Cranes a new way to visit the Amazon

Cranes: a new way to visit the Amazon

“We know more about the moon than we do about the Amazon rainforest canopy,” says Meg Lowman, National Geographic researcher and executive director of the TREE Foundation, in a National Geographic report. Researchers like her began studying treetops using ropes and harnesses four decades ago. His discoveries, especially on species density and diversity, revolutionized forest ecology, the report says.

Canopy scientists, also known as “arbonauts,” have created research vessels that include balloons, cherry blossom elevators, drones, cranes, towers, and walkways. The latter are already a staple of rainforest tourism, now accompanied by a new crane, This offers an exclusive look at what Lowman calls the “eighth continent.”

“All monkeys are confined to the canopy, as are bats and many birds,” says Ecuadorian scientist Jarol Fernando Vaca, noting that between 60 and 90 percent of life in the Amazon, including primates, reptiles and thousands of insects, is rare in live the heights Leave the treetops. He is also a tour guide at Sacha Lodge, which offers canopy tours.

The new Canopy crane at Sacha Lodgea 26room private ecological reserve and hotel in Ecuador, revolves around the forest to provide a dynamic vantage point and “quick access to various treetops without physical exertion,” says Lowman.

To reach the crane’s launch pad, travelers must take a halfhour flight from Quito to the city of Coca. There, visitors take a two and a half hour canoe ride down the Napo River through the forest to reach the lodge. After a canoe ride and a walk through the forest, you arrive at the gondola with crane, which seats up to four people and glides over more than 5,000 square meters of forest. The gondola rotates 360 degrees and takes travelers 42 meters above the tree line.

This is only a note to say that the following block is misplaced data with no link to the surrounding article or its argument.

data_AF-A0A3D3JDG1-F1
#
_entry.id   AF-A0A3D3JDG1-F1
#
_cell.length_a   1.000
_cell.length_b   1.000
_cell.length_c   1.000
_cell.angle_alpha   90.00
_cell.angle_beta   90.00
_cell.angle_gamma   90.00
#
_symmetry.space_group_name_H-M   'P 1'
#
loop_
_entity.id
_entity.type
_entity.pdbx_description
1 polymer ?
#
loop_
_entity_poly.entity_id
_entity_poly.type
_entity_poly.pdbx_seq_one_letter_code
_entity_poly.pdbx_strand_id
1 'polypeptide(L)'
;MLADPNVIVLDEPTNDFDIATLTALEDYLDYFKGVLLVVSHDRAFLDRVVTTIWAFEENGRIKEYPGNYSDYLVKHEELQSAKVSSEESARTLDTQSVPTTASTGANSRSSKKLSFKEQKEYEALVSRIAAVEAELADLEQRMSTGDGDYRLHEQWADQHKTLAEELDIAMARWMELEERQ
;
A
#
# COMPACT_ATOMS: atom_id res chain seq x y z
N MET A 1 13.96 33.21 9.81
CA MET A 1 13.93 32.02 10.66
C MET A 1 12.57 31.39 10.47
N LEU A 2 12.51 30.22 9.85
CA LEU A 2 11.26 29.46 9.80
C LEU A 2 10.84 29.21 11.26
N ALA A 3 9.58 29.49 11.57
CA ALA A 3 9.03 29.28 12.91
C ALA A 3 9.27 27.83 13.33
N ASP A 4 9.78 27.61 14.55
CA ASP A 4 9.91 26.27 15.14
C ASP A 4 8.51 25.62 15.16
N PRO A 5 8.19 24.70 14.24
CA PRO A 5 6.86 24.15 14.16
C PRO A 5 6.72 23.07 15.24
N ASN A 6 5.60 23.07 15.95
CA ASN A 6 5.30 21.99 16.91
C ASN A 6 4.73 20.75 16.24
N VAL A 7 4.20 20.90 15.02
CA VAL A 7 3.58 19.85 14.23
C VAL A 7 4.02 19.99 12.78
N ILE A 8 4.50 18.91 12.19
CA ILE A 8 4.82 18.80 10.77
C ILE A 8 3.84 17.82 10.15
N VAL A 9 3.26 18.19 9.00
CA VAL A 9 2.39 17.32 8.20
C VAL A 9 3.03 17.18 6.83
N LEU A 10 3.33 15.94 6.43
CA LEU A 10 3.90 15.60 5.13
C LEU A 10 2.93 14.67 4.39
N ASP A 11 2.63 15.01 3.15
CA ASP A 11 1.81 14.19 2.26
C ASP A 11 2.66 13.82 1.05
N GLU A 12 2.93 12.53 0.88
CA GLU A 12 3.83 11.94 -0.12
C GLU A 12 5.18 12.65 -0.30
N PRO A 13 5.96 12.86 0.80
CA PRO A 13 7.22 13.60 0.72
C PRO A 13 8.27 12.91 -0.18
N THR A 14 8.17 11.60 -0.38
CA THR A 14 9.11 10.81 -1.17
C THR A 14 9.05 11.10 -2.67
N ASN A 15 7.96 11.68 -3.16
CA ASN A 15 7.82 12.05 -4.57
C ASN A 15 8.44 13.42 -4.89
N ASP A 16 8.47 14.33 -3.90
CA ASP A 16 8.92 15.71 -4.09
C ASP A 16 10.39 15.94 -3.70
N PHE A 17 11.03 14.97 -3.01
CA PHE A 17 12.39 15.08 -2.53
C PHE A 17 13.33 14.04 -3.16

A Unesco Biosphere Reserve YasuníWith 1.6 million hectares in Ecuador, including Sacha Lodge’s 2,000 private and protected hectares, it is one of the most biodiverse places on the planet. Approximately 600 birds have been sighted in the Sacha Lodge area alone, which equates to approximately 7% of all bird species on earth. The canopy hosts small microhabitats. “Each giant tree is like an island in an ocean of trees,” says Vaca. The diversity of wildlife from tree to tree is reminiscent of another jewel of Ecuador: the Galapagos Islands. “Species can vary from island to island.”

Cranes play a key role in understanding these vulnerable ecosystems. The insights scientists are gaining from the crane, reflected in over 130 published scientific articles, identifies the role of forests in regulating climate change. While effective, they are expensive, ranging in value from $250,000 to millions of dollars, which is why there are so few of them.

The Sacha Lodge crane, which is open to tourists and researchers, represents a new funding opportunity and a promising future for canopy studies according to the report. “If the cranes were funded by buoyant ecotourism revenues, it would be a huge boon for researchers and tourists,” says Lowman.